These attacks were frequent in the first months of the civil war, and radicalised a large number of Catholics, including clergy, who had previously tended to support the reformist right wing CEDA party. A number of Catholics decided that the liberal state could not (or would not) protect them or their Church and switched to supporting Franco's rebel Nationalists.
Association with monarchists was particularly clear in the case of Carlism, while Basque nationalism saw the majority of Basque priests break ranks with the Church to support the Republican government. This led to them being branded traitors and Communists by Franco.
Franco received the privileges of proposing trios of candidates from which the Pope would select a bishop in Spain, inheriting it from Spanish monarchs, and of being covered by a palio in processions.
During the 1960s and the 1970s, the movement of worker priests expressed the view of young priests unhappy with the hierarchy and the government. They organized parishes as social bettering centers. The contacts with Marxism led many to join leftist groups or to secularize. An agreement of Church and State turned one seminary into a special jail for prisoners who were priests.
Modern researchers are divided the degree of the Church's connection to fascism. Most historians of the period reject most claims of active complicity or active resistance, painting a picture of a Catholic leadership who chose neutrality or mild resistance over an explicit ideological struggle with fascism.
The closest ties of Roman Catholicism to fascism may have come in the clerical fascism in wartime Croatia; see Involvement of Croatian Catholic clergy with the Ustasa regime.
Fear of communism, and a certain disdain for the liberal democracy that had revoked the long-standing privileges enjoyed by the Catholic Church, were made explicit in such Papal documents as Quanta Cura and the Syllabus of Errors. These documents have been interpreted by some as showing Church support for Fascism, or at least with leanings toward fascism. By the Lateran Treaties, Mussolini granted Pope Pius XI the crown of Vatican City as a nation to rule, made Roman Catholicism the state church of Italy, and paid the Pope compensation for the loss of the Papal States. This indicates at de facto recognition by the Pope of Mussolini's coup. The relationship to Mussolini's government deteriorated drastically in later years.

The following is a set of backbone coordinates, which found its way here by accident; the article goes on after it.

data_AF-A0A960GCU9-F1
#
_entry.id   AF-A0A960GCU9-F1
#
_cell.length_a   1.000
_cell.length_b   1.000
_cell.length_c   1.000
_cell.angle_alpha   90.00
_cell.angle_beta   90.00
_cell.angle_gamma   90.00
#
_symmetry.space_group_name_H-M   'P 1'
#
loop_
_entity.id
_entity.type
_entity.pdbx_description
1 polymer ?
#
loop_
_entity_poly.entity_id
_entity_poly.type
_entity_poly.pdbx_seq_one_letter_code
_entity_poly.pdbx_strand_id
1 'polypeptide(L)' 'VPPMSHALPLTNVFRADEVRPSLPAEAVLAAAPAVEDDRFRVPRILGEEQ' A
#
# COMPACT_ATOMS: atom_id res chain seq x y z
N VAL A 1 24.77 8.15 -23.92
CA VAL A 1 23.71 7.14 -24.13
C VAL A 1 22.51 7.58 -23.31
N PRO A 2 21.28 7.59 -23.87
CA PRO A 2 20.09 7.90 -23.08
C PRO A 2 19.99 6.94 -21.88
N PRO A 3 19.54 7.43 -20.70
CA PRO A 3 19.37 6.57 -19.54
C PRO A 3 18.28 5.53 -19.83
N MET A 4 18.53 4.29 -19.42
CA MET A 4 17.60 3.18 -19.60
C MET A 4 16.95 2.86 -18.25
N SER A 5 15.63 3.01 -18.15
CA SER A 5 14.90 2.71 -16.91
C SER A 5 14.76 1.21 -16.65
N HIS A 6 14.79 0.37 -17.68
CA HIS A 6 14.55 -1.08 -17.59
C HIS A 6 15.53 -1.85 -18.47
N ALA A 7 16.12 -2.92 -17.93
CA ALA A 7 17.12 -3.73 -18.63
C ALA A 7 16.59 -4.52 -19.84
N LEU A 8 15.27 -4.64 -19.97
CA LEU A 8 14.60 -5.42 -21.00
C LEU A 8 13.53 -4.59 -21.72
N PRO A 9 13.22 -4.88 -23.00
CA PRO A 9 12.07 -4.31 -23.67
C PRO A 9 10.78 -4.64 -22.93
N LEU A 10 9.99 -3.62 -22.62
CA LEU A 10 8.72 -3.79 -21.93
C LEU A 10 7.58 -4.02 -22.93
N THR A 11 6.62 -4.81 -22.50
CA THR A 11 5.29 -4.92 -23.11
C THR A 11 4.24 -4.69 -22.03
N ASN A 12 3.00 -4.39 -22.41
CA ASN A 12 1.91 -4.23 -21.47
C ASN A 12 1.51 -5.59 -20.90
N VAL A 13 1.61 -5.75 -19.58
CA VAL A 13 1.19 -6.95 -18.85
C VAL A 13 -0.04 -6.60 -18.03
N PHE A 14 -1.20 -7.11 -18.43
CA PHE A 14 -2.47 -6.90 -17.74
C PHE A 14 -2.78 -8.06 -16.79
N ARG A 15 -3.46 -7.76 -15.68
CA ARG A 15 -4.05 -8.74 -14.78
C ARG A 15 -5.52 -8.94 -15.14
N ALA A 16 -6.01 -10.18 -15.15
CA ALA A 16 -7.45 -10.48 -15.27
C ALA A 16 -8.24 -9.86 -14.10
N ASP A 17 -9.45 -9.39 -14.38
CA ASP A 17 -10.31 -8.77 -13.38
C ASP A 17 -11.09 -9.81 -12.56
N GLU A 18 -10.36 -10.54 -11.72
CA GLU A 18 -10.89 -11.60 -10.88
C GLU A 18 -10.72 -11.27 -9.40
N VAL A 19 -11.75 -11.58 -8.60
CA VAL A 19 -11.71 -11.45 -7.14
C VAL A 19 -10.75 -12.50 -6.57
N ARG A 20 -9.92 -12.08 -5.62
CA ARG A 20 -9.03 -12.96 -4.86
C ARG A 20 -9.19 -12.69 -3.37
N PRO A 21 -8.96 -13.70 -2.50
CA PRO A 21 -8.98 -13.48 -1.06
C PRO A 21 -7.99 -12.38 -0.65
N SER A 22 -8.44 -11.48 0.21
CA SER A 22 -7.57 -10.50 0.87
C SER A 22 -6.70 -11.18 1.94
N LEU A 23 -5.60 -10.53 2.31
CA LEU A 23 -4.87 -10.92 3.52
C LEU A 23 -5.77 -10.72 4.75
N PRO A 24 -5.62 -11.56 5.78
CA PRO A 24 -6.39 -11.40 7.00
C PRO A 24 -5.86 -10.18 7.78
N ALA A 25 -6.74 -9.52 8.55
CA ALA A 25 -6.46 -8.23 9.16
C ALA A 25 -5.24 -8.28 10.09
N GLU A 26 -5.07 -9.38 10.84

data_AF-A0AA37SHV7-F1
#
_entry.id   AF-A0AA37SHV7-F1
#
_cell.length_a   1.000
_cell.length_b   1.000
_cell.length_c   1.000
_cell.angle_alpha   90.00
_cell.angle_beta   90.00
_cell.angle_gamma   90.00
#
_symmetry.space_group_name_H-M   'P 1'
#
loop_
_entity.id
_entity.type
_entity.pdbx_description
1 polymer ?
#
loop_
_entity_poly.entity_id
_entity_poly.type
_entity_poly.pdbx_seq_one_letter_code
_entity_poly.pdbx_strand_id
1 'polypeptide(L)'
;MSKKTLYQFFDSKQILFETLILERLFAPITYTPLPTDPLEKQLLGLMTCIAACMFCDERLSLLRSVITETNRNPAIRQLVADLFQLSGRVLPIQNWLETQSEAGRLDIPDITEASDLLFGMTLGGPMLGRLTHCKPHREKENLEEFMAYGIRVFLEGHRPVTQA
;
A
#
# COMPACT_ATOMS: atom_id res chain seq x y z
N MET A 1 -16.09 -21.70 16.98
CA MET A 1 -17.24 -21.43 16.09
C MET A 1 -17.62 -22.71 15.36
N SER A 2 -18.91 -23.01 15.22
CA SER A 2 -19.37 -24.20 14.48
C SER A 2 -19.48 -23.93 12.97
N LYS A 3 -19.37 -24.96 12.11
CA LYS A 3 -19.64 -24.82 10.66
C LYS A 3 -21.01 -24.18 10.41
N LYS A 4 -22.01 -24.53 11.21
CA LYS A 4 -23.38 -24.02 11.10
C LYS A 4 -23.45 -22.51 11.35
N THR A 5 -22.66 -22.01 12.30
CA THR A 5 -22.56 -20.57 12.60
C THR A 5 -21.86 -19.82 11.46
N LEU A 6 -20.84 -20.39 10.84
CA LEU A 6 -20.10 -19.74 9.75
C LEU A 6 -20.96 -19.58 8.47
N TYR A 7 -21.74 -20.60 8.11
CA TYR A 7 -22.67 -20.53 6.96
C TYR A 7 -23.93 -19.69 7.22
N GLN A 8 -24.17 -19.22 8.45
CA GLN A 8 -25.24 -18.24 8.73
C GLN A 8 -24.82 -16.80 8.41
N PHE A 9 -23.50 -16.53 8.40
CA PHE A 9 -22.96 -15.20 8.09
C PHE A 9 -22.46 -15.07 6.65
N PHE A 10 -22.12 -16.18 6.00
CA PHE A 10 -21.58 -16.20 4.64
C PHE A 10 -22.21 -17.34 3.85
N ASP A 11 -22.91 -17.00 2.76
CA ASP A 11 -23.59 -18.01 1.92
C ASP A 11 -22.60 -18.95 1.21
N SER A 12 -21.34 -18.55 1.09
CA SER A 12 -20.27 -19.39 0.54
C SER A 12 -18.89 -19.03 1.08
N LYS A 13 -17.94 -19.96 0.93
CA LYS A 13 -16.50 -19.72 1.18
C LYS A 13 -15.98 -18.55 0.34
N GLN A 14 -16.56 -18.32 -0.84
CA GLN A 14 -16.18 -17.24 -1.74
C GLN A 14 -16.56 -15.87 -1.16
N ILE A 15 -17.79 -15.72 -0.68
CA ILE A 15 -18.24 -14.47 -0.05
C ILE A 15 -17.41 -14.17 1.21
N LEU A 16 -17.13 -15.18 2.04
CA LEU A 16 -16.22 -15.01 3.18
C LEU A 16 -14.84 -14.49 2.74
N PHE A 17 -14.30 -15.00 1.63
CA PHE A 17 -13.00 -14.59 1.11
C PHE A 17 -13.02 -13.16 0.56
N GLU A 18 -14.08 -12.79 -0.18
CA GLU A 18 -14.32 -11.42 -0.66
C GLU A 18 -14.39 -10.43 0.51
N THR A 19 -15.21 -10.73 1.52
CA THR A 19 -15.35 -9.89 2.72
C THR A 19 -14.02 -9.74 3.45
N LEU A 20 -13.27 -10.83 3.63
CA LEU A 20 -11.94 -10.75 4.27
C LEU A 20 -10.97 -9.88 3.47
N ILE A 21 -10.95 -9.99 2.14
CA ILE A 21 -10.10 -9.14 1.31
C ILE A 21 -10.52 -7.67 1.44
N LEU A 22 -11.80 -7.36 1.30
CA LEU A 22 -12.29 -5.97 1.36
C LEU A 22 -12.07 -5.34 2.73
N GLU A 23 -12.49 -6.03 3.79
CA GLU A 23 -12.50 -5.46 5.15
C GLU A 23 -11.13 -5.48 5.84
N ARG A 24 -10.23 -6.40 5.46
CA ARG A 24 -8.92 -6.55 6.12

When political persecutions and religious controls of the Nazi system increased, Pope Pius XI pointed to the gravity of the situation in the insistent Papal encyclical Mit brennender Sorge (title not in Latin, but in German) on March 14, 1937 (English version). Although forbidden in the Reich, the encyclical, published by many priests and believers, was the first religious protest reaction against the regime. Some German bishops, such as Clemens August Graf von Galen, continued protesting and even preaching until the end of the upcoming war.
Both in the course of and subsequent to the Second World War, many notable Jews, including Albert Einstein, Golda Meir, Moshe Sharett, Rabbi Isaac Herzog, and many more, expressed their thanks to Pope Pius XII. Diplomat Pinchas Lapide (Israeli consul in Milan who interviewed Italian Holocaust survivors), in his book Three Popes and the Jews, the stated that Pius XII "was instrumental in saving at least 700,000, but probably as many as 860,000 Jews from certain death at Nazi hands."
Contrary to the canard that the Church benfited from Nazism, thousands of clerics were killed by the Nazis. At the end of the war, even after those that had been killed, there were more clerics in Dachau than in any monastery, convent or seminary in Europe.
Controversy surrounds the depths of the involvement of the Roman Catholic clergy with the Ustaše, a Croatian Fascist movement in the former Yugoslavia. According to Branko Bokun, a Roman Catholic priest made the following remarks on 13 June 1941: